60 second blog – 3 qualities of a top sales rep.
Let’s start with one of the biggest mistakes in recruiting sales staff is looking at just experience. It’s easy to base a hire on because it is tangible; 5 years must be better than 3.
I remember a client who was adamant that the person needed solid 5-10 years’ experience selling a similar product (or at least in the same industry). He got one but not a top salesperson.
Skills are taught whereas behaviour rarely changes. So when recruiting, focus on behaviour first and skills or experience second.
Focus on results: it’s all about winning, losing is not an option.
About 50% of reps will abandon a prospect after one follow-up. However, 80% of sales require five follow-ups.
Unfortunately, some people take persistence to mean using the same communication channel for all client contact; ring – ring – ring – ring – ring or email – email – email – email – email. If a sales rep is using the same channel every time, hearing their name gives the clients angry hives. High performing sales staff handle multiple communication channels and adjust the pitch to suit the situation. Just like a top mountain climber can approach a mountain from multiple angles.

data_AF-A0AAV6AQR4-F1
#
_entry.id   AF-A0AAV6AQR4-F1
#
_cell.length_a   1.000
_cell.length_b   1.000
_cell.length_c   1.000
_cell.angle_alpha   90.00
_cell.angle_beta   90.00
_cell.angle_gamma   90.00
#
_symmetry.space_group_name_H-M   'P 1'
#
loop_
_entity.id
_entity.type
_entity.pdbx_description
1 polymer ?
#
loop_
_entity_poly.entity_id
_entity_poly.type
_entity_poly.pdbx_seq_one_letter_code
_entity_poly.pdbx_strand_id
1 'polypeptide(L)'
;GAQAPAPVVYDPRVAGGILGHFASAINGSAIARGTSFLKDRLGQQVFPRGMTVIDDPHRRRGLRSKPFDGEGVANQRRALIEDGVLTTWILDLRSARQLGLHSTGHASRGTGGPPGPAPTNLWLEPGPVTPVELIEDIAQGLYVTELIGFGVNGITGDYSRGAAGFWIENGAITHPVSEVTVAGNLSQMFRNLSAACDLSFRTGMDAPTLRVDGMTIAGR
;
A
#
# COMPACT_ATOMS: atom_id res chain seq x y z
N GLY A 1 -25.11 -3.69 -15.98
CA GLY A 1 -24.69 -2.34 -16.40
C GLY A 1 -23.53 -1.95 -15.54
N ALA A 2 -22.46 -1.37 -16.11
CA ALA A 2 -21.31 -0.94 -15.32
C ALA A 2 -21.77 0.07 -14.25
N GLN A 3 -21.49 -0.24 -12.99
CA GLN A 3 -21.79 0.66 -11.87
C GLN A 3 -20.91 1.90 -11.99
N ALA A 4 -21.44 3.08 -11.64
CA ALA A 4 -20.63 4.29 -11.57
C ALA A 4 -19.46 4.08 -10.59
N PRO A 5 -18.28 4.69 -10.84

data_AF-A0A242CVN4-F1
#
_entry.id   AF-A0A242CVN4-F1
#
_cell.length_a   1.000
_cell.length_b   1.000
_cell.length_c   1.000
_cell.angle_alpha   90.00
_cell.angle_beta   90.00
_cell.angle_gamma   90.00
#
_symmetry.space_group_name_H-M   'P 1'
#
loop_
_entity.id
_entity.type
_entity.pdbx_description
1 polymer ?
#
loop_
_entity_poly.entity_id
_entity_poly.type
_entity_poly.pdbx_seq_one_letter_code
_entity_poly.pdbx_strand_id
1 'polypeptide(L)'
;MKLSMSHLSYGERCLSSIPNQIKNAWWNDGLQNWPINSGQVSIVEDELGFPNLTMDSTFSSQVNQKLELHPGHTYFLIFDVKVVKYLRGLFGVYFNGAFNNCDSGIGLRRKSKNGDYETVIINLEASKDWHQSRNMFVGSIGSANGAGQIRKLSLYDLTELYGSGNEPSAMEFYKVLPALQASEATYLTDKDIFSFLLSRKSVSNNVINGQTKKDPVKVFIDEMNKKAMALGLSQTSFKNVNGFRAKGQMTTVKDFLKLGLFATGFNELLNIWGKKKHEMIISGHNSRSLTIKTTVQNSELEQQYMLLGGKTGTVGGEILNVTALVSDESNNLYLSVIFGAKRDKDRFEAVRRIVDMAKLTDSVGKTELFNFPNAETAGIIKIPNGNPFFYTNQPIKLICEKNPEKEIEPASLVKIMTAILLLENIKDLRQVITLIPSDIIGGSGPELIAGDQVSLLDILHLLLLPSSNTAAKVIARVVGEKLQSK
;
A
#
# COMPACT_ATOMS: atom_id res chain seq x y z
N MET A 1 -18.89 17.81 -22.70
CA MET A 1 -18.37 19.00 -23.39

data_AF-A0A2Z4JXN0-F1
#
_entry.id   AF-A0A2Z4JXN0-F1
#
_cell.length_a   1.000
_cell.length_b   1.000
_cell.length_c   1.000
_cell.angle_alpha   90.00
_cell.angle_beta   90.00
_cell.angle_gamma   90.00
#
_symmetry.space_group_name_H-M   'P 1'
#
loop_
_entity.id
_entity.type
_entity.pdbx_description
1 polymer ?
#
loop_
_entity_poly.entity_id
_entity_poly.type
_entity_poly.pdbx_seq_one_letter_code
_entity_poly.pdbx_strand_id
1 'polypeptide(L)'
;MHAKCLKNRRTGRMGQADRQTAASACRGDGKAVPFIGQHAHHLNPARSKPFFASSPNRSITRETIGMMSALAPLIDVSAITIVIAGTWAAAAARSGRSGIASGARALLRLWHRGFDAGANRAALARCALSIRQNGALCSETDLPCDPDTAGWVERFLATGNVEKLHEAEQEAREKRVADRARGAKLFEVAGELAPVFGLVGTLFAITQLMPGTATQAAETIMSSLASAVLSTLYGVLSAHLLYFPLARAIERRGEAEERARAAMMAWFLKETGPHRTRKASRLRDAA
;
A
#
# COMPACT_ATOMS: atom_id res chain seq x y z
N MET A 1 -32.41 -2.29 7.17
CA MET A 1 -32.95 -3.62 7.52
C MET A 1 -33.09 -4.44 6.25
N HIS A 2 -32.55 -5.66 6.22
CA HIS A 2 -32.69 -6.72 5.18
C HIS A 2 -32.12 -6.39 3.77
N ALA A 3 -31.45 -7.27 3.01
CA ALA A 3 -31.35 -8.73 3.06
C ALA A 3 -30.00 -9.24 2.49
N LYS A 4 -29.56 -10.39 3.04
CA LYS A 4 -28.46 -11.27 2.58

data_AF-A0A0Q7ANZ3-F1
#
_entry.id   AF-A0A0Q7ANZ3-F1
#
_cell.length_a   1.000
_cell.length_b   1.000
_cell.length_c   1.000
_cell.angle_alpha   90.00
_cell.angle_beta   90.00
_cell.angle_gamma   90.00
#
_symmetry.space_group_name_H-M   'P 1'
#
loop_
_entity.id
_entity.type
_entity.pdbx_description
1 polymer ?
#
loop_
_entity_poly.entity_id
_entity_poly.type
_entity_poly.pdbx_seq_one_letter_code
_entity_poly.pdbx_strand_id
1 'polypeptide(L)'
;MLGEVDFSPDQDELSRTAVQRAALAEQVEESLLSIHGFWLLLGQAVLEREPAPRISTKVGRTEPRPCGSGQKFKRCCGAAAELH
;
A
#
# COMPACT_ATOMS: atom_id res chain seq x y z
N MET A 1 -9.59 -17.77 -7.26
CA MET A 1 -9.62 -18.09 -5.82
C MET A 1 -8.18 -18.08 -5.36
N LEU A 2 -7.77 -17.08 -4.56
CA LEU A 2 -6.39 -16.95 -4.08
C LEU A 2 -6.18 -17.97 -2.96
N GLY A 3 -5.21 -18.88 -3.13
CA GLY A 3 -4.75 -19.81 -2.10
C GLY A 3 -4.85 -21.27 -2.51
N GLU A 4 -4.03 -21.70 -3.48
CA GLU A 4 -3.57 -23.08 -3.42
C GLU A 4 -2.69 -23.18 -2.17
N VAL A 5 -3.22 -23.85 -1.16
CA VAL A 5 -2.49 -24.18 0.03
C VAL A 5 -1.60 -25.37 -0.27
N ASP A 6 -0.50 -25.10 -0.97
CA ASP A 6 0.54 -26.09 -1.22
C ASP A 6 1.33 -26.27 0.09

No one wants to work with a stalker. Top reps know how to follow up with prospects without being seen as a stalker. For instance, calling or emailing “just to check in” is pushy (also there is nothing in it for the client and it is an absolute “no go” in sales).
However, asking if they’re still interested in achieving a specific goal and then providing a relevant suggestion is persistent.
Offering a product demo while they’re still in the education stage? Too much, too soon. Delving into their problems and helping them identify a possible solution will earn you their trust, so that down the line they’ll actually say yes.
Top performing reps think before they act. They rarely lose control, they stay composed, they don’t blurt out and have to retract later.
Maybe a potential client asks for a discount. Immediately answering – rather than pausing – makes them more likely to say, “Let me see what I can do for you” instead of, “Can you walk me through the different options available and choose one that suit your budget best…”
They keep cool during negotiations, since getting flustered makes it hard to think strategically. Also, buyers may get more aggressive when they notice their composure slipping away.
They are less self-conscious. That means they are not afraid to take risks and persistently pursue deals. They are less emotional, focusing on the task of closing deals.
It also means they are more likely to bounce back from rejection or failure. They see these experiences as opportunities to learn and improve rather than signs they are not cut out for selling. This resiliency will help them overcome the inevitable hard times. They don’t quit.
Finally, self-assurance comes into play when they are using the Challenger Sales Methodology. They push back on the prospect and focus on the end goal rather than being “liked”. That takes a lot of confidence.
See also: How is the Western Australian job market
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